EP-ELECT SIMS (D–182) NAMES CHIEF OF STAFF AND DISTRICT OFFICE DIRECTOR
PHILADELPHIA (Nov. 27) – State Representative-Elect Brian Sims (D – 182), the Commonwealth’s first openly gay member of the legislature, today announced two key staff appointments – Mason Lane as Chief of Staff and Anna Aagenes as District Office Director.
“Philadelphia is full of really strong, progressive professionals and I knew I had an opportunity to recruit some of the best for these new positions,” said Sims. “Mason and Anna will be fully integrated in every part of the work that I do to represent Center City. I’m pleased to work with them, but I’m also very excited by the talents that each will bring to the District and to Harrisburg.”
Lane, in his newly appointed role as Chief of Staff, will develop and implement legislative initiatives, advise on policy matters, and oversee office operations. Currently a third-year law student at Temple University’s Beasley School of Law, Lane has simultaneously been serving as Sims’ Transition Director since the April 24 primary victory over longtime incumbent Representative Babette Josephs. Lane previously served as the Eastern Pennsylvania Field Organizer and Policy Coordinator for Equality Pennsylvania, the Commonwealth’s LGBT political advocacy organization. A 2007 graduate of Emory University in Atlanta, Georgia, Lane was born and raised in Center City, Philadelphia.
“Brian is a fantastic, natural leader, and I know that he will be an even better legislator,” said Lane, 27, an alumnus of the Center for Progressive Leadership. “Over the last few months we’ve been able to start reaching out to the people and partners that are going to make Brian as effective as he can be in the Capitol. Economic development, tax reform, education funding, and certainly civil rights are all on the table and we have strong partners and supporters here in Philadelphia to work with.”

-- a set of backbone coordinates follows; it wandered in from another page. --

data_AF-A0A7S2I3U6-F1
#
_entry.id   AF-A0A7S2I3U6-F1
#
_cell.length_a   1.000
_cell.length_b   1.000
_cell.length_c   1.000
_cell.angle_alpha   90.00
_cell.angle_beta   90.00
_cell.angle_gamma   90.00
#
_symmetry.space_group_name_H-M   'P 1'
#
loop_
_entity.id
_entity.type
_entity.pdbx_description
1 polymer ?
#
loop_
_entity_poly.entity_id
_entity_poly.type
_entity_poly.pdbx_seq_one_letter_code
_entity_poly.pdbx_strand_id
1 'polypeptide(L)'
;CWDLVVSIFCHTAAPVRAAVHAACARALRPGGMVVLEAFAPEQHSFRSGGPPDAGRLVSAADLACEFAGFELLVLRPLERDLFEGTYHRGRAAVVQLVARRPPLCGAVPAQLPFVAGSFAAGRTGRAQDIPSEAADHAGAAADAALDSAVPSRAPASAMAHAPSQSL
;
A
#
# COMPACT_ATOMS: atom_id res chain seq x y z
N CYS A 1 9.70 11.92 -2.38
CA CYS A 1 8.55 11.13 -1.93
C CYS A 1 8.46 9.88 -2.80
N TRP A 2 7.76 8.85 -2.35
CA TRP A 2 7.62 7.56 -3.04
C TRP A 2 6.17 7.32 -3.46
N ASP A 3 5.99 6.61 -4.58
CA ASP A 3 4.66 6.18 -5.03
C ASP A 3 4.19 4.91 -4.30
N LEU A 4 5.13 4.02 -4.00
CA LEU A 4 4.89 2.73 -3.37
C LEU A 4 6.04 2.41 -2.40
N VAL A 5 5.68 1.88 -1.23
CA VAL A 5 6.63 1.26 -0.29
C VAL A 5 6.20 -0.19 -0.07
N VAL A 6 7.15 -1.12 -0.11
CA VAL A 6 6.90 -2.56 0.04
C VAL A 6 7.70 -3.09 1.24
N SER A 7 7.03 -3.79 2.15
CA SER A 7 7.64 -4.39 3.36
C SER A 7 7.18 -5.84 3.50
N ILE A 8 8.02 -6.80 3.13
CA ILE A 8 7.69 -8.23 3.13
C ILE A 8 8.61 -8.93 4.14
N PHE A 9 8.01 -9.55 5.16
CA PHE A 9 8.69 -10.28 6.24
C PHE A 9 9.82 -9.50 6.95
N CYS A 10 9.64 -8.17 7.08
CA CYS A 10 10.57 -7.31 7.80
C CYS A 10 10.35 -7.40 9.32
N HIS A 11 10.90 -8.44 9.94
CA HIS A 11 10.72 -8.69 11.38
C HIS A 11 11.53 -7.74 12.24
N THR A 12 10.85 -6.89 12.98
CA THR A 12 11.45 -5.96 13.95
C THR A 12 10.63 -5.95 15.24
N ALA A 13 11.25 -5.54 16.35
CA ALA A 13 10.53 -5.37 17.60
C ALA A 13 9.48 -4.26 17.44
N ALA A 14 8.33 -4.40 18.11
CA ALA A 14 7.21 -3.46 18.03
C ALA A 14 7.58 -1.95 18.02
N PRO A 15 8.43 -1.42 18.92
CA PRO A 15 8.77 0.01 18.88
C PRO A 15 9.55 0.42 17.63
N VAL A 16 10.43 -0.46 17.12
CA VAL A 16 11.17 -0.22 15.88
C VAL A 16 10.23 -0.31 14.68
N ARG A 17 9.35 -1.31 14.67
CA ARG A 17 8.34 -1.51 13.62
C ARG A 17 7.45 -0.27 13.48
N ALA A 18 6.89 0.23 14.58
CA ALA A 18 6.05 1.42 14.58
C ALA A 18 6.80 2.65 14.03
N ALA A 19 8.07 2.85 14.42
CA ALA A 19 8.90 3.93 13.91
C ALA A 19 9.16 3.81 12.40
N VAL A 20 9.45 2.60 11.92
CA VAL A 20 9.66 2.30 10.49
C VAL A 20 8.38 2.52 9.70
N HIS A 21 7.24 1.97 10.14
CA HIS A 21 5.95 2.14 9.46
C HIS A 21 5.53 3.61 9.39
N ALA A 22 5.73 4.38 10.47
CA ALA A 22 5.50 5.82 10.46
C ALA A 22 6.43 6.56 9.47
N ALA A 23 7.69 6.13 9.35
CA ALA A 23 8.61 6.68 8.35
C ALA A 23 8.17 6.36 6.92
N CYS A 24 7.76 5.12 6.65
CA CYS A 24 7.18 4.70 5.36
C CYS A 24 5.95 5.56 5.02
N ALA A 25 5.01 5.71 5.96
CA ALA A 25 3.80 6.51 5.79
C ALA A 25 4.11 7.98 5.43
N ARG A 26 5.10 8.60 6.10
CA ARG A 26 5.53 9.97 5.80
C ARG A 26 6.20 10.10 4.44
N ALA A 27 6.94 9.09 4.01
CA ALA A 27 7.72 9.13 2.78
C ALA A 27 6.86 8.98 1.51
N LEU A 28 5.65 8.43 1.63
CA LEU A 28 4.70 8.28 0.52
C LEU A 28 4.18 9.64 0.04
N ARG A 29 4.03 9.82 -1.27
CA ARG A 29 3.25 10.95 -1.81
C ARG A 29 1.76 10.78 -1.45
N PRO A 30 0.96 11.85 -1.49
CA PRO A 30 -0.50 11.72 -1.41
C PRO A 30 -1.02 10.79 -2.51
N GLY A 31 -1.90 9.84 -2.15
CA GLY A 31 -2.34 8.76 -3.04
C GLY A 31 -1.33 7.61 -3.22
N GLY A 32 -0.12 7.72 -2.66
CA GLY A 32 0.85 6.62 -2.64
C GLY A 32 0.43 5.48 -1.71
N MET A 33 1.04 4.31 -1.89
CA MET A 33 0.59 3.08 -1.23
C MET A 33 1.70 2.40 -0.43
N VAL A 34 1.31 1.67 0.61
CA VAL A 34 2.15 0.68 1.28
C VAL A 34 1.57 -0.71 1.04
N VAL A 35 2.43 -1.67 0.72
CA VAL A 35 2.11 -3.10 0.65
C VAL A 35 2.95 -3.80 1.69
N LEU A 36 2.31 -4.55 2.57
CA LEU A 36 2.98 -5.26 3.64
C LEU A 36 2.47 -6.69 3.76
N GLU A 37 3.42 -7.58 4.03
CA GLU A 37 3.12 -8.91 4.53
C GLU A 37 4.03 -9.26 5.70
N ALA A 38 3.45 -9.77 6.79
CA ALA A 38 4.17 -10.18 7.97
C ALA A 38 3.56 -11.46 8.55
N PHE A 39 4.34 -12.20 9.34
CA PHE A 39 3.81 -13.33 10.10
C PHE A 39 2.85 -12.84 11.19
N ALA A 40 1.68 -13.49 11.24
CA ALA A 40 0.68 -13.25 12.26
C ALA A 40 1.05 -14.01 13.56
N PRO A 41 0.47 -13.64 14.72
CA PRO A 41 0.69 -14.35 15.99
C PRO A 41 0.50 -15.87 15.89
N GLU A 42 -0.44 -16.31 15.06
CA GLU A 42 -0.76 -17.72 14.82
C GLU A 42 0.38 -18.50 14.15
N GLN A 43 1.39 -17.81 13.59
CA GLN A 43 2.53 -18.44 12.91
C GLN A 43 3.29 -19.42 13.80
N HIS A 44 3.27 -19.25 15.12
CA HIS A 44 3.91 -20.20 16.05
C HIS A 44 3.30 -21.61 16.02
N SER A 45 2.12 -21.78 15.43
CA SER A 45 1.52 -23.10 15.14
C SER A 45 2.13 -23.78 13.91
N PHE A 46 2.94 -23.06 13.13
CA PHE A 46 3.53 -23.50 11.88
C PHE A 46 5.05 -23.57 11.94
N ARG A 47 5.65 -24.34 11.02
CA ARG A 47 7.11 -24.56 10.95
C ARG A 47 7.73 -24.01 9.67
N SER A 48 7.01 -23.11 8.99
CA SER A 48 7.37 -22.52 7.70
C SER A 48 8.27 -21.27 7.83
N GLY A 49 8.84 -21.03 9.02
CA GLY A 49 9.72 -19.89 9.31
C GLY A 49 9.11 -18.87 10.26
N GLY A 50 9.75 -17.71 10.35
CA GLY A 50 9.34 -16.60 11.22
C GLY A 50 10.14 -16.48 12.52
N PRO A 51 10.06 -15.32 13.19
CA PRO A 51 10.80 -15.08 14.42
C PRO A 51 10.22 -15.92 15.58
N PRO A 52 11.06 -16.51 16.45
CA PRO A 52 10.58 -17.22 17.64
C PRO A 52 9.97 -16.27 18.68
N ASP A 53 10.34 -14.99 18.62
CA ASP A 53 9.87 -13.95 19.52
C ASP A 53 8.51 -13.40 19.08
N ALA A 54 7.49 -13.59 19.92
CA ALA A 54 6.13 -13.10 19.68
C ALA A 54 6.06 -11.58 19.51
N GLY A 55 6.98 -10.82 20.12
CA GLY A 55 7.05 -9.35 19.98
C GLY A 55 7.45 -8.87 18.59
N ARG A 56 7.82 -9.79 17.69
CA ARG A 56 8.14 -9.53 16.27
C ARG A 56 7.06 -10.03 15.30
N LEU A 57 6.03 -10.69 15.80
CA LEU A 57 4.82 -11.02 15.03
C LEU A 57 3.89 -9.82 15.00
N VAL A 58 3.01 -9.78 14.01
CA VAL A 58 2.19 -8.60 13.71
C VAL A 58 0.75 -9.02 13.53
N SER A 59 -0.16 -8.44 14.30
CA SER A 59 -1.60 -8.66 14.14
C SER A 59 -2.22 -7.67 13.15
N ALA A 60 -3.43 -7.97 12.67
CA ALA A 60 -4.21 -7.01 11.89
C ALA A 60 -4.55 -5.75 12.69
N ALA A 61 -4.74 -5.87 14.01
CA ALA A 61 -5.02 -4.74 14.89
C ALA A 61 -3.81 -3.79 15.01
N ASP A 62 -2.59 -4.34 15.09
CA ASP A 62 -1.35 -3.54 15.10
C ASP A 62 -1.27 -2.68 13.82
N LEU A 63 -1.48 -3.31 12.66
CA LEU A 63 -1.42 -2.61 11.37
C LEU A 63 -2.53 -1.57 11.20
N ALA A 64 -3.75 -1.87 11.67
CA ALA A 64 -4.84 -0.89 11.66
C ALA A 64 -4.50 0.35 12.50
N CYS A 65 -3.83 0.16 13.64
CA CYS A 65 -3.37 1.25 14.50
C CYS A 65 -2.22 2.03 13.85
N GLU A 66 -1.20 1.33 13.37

Aagenes (Aw-guh-Nez) will manage the Philadelphia district office as Sims’ District Office Director in addition to overseeing constituent services, fostering and building organizational relationships, and directing community outreach and engagement. Prior to her newly appointed position, Aagenes worked at the Children’s Hospital of Philadelphia with the Adolescent Initiative’s clinical research team, serving HIV positive youth. Aagenes graduated from the University of Pennsylvania in 2010 as a member of Phi Beta Kappa, where, as Captain of the Women’s Track and Field Team, she became a NCAA Division I Regional qualifier and a school record holder in three events. A native Pennsylvanian, Aagenes hails from Bucks County, Pennsylvania.
“Not only am I honored to have the opportunity to work for Brian Sims, I am thrilled to better serve the Philadelphia community in a new capacity,” said Aagenes, 24, also an alumna of the Center for Progressive Leadership. “Brian, Mason, and I share the same desire to see progressive change happen on a state level and to simultaneously serve the diverse community we have right here in Philadelphia.”